My daughter is 23 years old and was not diagnosed until a year ago with autism spectrum disorder. I wonder whether is this an accurate diagnosis. She has spoken since she was three, although she often will reply with only a single word. Her speech can also be unclear and repetitive. She makes some eye contact and she has an amazing imagination. She draws very well and loves to take photos. She can seem very happy at times. She laughs even when there is nothing apparently funny to any one else.
At other times she is very withdrawn and has tantrums where she scratches at her face drawing blood. Last week she slammed the door repeatedly into her head leaving a large bump on the top of her head. She is smart and has an average intelligence. But she cannot hold down a job and spends most of her time by her self reading or doing puzzles. We were worried for a while when she was young that she was deaf because of her refusal to respond to those around her. She would sit in the corner of her room looking at nothing for as long as we let her. If my wife tried to talk or touch her she would throw tantrums.
Obviously my daughter has improved a lot since then. And I do not feel that autism spectrum disorder is the correct diagnosis for her, now or even when she was a child. She has friends for a start. And can write stories and poems on the computer. Even when she does not reply to us it is obvious that she understands. She is smart and has been beating me at strategy games on the computer since the age of ten. She loves to do sudoku and enjoys creating the puzzles with pen and paper. She does have some strange looking behaviour’s such as flapping her hands in front of her face, even when she does not do that she holds her arms and hands in a strange angle like they are broken wings at her sides. She jiggles her legs and will bang at what ever is close to her. She irritates us with the same sentences over and over and will come out with sentences from songs. She ignores the people around her much of the time but if you bring up a topic you know she is interested in you may even get her to have a conversation with you.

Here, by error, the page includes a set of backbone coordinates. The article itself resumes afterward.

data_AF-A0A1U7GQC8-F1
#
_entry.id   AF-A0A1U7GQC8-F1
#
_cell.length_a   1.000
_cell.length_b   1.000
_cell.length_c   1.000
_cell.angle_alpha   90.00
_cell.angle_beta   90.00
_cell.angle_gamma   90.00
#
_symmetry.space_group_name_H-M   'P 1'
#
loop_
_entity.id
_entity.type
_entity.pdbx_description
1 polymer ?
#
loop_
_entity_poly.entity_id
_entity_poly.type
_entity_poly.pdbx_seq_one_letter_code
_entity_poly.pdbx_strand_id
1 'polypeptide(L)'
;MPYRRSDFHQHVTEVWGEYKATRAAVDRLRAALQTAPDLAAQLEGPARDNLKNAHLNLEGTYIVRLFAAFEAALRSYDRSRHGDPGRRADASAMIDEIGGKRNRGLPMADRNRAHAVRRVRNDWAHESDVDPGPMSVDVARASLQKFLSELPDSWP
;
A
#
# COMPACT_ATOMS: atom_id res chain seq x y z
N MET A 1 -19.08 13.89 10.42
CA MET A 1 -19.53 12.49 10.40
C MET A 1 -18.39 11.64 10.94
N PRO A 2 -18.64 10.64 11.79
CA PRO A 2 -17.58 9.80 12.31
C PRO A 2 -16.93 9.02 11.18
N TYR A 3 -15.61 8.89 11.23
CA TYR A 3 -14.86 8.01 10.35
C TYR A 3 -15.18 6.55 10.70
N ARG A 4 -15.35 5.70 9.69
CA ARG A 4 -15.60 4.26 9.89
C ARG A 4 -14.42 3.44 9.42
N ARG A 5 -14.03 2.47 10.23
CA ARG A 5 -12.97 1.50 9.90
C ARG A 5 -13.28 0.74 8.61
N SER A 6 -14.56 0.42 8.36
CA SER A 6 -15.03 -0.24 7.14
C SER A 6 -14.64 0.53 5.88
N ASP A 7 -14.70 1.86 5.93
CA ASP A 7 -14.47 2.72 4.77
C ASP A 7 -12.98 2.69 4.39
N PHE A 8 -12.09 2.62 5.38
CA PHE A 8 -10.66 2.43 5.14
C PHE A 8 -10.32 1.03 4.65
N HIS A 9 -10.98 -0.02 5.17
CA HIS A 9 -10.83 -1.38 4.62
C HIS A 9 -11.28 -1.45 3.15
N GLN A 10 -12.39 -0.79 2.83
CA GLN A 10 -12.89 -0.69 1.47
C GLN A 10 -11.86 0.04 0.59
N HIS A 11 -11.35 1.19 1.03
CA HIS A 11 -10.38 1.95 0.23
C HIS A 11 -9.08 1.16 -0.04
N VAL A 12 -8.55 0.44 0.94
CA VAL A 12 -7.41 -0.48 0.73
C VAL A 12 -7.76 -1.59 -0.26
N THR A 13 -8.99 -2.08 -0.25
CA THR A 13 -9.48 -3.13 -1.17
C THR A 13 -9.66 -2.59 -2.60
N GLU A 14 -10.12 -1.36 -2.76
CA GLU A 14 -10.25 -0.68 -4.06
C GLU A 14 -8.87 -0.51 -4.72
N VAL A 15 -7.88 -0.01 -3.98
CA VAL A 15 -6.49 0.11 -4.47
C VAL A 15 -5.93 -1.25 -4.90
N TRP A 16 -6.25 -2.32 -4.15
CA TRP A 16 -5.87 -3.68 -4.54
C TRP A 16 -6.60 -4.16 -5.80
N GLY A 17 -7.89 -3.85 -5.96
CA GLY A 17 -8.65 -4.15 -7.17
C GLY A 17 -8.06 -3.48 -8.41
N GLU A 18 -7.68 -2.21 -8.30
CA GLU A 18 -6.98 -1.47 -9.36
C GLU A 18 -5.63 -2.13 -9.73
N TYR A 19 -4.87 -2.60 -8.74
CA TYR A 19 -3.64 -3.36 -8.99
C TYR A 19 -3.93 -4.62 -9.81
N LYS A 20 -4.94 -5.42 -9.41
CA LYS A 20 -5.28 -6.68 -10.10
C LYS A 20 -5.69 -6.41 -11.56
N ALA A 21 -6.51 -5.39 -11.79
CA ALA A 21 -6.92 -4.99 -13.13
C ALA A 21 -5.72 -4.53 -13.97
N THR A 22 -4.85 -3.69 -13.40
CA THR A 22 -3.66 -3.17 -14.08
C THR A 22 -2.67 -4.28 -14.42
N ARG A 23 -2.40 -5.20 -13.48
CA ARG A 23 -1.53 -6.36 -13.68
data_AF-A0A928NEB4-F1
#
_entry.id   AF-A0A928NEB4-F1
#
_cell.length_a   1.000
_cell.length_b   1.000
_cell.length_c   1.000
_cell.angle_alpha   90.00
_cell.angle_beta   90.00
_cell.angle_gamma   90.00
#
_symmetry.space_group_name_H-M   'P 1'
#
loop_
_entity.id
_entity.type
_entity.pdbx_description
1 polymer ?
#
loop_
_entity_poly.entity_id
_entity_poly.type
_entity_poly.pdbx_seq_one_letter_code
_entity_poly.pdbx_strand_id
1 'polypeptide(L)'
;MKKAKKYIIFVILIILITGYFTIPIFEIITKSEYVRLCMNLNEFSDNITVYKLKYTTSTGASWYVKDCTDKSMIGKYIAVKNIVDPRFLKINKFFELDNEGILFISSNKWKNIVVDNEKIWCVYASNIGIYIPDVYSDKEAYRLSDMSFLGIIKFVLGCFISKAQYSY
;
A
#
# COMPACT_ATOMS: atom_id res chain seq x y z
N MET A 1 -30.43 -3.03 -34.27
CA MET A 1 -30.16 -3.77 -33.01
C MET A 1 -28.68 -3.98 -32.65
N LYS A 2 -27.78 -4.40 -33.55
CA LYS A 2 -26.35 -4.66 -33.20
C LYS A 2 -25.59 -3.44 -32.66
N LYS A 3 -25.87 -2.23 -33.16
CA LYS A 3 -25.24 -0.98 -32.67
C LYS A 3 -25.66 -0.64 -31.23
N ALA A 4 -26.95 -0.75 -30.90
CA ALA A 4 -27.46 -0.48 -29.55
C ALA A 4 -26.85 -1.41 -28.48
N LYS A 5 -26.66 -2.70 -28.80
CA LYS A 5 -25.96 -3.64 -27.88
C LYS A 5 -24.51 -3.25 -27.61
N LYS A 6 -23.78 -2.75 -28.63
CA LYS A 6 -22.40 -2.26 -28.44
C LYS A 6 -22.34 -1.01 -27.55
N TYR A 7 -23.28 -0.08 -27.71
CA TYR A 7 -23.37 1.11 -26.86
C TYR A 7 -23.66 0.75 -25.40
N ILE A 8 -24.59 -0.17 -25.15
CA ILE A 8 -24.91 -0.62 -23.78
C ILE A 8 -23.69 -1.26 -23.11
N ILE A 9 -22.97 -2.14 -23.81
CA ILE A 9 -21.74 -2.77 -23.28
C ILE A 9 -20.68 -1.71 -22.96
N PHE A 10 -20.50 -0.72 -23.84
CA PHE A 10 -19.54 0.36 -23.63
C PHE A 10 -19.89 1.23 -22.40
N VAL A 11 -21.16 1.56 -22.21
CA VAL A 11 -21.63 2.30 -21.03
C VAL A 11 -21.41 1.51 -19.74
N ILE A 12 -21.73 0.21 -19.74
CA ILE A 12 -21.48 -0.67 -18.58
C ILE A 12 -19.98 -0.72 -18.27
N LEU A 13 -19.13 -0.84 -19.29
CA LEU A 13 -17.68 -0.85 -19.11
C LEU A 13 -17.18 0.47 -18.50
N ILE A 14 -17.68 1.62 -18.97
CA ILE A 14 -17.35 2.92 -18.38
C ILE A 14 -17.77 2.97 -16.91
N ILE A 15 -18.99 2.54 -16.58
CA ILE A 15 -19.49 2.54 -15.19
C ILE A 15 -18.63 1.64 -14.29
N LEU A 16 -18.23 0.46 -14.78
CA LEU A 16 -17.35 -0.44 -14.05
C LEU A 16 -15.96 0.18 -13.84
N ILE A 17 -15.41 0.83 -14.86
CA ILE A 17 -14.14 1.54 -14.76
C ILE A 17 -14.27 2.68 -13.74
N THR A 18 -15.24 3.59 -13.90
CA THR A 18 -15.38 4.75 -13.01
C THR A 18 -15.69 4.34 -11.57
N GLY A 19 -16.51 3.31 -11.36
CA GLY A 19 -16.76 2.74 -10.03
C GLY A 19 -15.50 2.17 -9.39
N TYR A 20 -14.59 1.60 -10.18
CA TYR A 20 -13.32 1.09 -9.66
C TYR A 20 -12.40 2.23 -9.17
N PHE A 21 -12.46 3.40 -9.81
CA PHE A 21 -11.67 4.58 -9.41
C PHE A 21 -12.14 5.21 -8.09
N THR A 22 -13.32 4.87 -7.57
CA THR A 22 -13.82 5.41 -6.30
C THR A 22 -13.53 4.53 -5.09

She is smart and loving and is capable of showing a great amount of kindness to others. How can such a smart girl who can speak and graduated from high school with passing grades be diagnosed with autism spectrum disorder? I have asked about aspergers syndrome and have been told that my daughter does not meet the criteria. It has been suggested that she has autistic disorder but how is this even possible when she is clearly smart? Surly her intelligence warrants an aspergers diagnosis even if she still has difficulties with communication?
I have been told that she may never have a job, and will require continuing assistance through out her life. But I believe that there is a lot more out there for my daughter.
If she does have autism how is it possible for her to go with out a diagnosis for so long?
My son was diagnosed nearly 2 years ago when he was 6, but I suspected something was different from about the age of 3.
All of the behaviours and strengths and weaknesses I recognise as being on the spectrum. If you could print off your forum post, and then read it again after 2 years after you have read about autism and learnt alot more about the disorder, then you would see that she does fit the criteria.
The reason she has been given a diagnosis of autistic spectrum disorder and not aspergers is because she has a speech disorder and maybe echolalic. Those with Aspergers tend not to have any speech disorder. Some may have some delays. However they all tend to have problems with processing language and have literal interpretation, concrete thinking etc.